Let’s Talk: Cooking as a Therapy Tool

Photo from Pinterest.com

Once again we’ve reached that point in the semester where exams, projects and homework assignments seem to be taking over our lives. These increased feelings of stress can sometimes feel hard to control, but VALLEY is here to help you relieve that extra pressure you’re feeling this semester. Next time you feel overwhelmed with your workload, take a break from studying by stirring up a new recipe. It will help relieve those stressors more than you think.

The Psychology Behind It

Cooking a meal for yourself has so many secret psychological benefits that we don’t always recognize. The process of cooking and preparing a homemade meal encourages us to be creative, while the final product of the meal gives us immediate gratification. Cooking for a group also makes us feel good about ourselves because we view it as a way of nurturing ourselves and others.

Many healthcare clinics have begun to use cooking and baking as therapy tools for patients dealing with anxiety or depression. This sparked The Wall Street Journal’s interest to dive into this cooking for therapy phenomenon. They found that cooking contains therapeutic value physically, cognitively, socially and interpersonally. When you’re paying attention to the details of cooking a meal, you redirect your thought process from any stressors and instead focus on the positive activity of cooking.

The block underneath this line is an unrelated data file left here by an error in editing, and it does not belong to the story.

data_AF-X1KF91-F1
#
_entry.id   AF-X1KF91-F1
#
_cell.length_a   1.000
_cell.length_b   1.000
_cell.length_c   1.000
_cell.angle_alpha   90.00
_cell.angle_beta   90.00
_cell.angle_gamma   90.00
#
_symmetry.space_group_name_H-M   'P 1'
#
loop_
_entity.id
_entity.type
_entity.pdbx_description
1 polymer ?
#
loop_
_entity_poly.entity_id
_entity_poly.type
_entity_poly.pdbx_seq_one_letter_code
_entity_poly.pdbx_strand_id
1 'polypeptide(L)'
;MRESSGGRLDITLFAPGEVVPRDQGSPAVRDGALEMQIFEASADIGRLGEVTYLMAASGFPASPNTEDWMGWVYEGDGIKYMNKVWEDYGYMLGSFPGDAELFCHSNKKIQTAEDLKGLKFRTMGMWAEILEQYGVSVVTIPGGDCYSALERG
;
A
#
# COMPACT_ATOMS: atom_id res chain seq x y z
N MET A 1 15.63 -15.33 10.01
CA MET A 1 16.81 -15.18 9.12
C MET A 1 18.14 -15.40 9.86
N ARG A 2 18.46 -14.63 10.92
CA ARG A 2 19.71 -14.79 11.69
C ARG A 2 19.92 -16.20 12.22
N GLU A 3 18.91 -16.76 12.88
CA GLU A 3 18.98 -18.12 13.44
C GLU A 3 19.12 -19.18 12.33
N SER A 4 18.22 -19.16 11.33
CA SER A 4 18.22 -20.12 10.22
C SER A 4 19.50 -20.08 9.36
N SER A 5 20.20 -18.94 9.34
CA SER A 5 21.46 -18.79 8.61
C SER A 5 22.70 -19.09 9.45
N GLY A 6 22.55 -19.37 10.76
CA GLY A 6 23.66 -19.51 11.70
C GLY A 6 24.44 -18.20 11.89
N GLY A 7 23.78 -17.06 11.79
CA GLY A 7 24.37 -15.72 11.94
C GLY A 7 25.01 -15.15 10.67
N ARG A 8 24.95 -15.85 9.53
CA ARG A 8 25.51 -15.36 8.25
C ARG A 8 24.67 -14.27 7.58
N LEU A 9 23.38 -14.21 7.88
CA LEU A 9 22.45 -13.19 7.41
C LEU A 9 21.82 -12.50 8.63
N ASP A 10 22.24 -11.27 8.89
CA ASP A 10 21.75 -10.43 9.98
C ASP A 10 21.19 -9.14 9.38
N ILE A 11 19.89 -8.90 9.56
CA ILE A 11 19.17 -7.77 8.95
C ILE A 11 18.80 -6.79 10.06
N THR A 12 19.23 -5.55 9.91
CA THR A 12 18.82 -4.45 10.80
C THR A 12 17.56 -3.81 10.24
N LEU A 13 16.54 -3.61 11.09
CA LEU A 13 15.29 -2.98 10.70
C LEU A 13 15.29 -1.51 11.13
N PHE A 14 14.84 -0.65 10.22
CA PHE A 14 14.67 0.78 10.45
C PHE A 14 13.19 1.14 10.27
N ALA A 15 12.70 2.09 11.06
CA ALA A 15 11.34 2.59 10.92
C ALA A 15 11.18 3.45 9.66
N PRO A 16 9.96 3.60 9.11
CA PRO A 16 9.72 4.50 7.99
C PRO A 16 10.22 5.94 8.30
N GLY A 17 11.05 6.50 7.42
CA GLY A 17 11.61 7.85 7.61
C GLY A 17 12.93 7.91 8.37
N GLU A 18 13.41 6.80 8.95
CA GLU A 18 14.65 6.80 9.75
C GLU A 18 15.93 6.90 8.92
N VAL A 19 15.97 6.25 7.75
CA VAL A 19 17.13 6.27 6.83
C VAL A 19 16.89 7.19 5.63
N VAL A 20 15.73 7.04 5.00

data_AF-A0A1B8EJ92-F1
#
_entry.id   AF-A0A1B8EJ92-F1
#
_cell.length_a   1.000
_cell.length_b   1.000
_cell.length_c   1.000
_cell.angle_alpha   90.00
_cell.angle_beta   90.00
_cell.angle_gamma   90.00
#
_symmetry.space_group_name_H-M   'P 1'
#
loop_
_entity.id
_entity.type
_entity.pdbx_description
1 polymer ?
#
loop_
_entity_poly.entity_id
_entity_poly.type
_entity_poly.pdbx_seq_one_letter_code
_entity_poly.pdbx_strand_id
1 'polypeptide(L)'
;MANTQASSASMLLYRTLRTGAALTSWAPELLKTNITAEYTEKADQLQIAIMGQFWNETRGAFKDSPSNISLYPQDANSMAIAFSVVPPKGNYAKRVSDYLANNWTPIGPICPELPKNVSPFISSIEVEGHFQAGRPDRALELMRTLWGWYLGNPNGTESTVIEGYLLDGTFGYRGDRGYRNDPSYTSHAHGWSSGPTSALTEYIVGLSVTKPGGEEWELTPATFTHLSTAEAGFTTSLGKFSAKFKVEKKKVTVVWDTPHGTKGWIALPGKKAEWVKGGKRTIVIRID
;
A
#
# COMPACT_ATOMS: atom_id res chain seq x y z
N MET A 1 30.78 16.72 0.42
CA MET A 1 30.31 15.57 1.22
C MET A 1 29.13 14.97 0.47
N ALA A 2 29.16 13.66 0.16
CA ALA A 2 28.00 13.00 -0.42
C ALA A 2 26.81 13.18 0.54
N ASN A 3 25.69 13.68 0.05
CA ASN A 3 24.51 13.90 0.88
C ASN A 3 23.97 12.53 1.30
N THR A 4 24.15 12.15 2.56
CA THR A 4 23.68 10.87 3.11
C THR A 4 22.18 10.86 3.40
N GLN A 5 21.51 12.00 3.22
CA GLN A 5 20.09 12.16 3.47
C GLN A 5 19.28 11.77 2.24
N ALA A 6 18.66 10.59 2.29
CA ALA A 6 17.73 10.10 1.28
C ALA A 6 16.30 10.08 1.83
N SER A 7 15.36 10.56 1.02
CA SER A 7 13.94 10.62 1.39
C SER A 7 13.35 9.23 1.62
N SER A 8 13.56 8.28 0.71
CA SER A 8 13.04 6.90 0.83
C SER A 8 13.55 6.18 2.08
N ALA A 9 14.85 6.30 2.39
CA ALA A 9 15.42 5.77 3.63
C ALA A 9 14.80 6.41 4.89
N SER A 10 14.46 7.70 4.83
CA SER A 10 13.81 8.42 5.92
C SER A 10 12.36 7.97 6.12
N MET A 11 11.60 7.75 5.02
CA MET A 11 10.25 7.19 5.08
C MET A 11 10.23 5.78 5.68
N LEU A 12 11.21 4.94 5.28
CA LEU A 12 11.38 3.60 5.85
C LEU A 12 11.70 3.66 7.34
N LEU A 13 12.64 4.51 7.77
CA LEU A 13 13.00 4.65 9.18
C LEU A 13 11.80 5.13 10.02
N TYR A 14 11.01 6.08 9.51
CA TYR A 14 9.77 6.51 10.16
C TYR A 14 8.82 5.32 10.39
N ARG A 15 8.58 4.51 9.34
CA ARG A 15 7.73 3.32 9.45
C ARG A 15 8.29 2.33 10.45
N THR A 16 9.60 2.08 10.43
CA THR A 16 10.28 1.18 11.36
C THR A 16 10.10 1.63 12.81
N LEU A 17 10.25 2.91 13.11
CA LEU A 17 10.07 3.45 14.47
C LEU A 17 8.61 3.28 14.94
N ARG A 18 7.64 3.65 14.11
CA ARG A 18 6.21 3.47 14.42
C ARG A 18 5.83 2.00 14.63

Patients that struggle with their mental health have participated in studies that have proven the many psychological benefits of cooking. One study that was published in the British Journal of Occupational Therapy found that both cooking and baking heavily boosted confidence, created increased levels of concentration and provided a great sense of achievement.

Stress Relieving Recipes

Now that we know the benefits behind preparing a meal, here are a few recipes to make the next time you’re feeling stressed out about this semester.

Lemon Butter Seared Salmon
Photo from fitfoodiefinds.com

A long and chaotic day calls for a comforting dinner. Salmon is the perfect meal after a busy day because it’s not only easy to prepare, but it contains anti-inflammatory properties that will help balance out any built up stress.

Blueberry Muffin Overnight Oats
Photo from Fitfoodiefinds.com

Preparing your breakfast for the next morning assures you that you’ll start your day off right. This breakfast is perfect for anyone with a sweet tooth who knows they have a busy day in front of them.

Banana Bread Muffins
Photo from Acouplecooks.com

These banana muffins will quickly boost your mood because they’re easy to make, adorable looking and contain ingredients that will help deal with those extra stressors.

Pumpkin Bread
Photo from Onceuponachef.com

Now that fall is in full swing, what better way to destress than baking a seasonal favorite. Pumpkin bread is an essential for the pantry during the fall season, so next time you take a break from studying, make sure to prepare a loaf of pumpkin bread for you and your roommates.

Cooking, preparing and serving a meal may seem a bit overwhelming for a stressed-out college student. To our surprise, many studies have shown that the entire cooking process can make a huge difference in our stress levels. Decided to try out a new recipe? Tweet us, @VALLEYmag, and show us how you’re de-stressing this semester.


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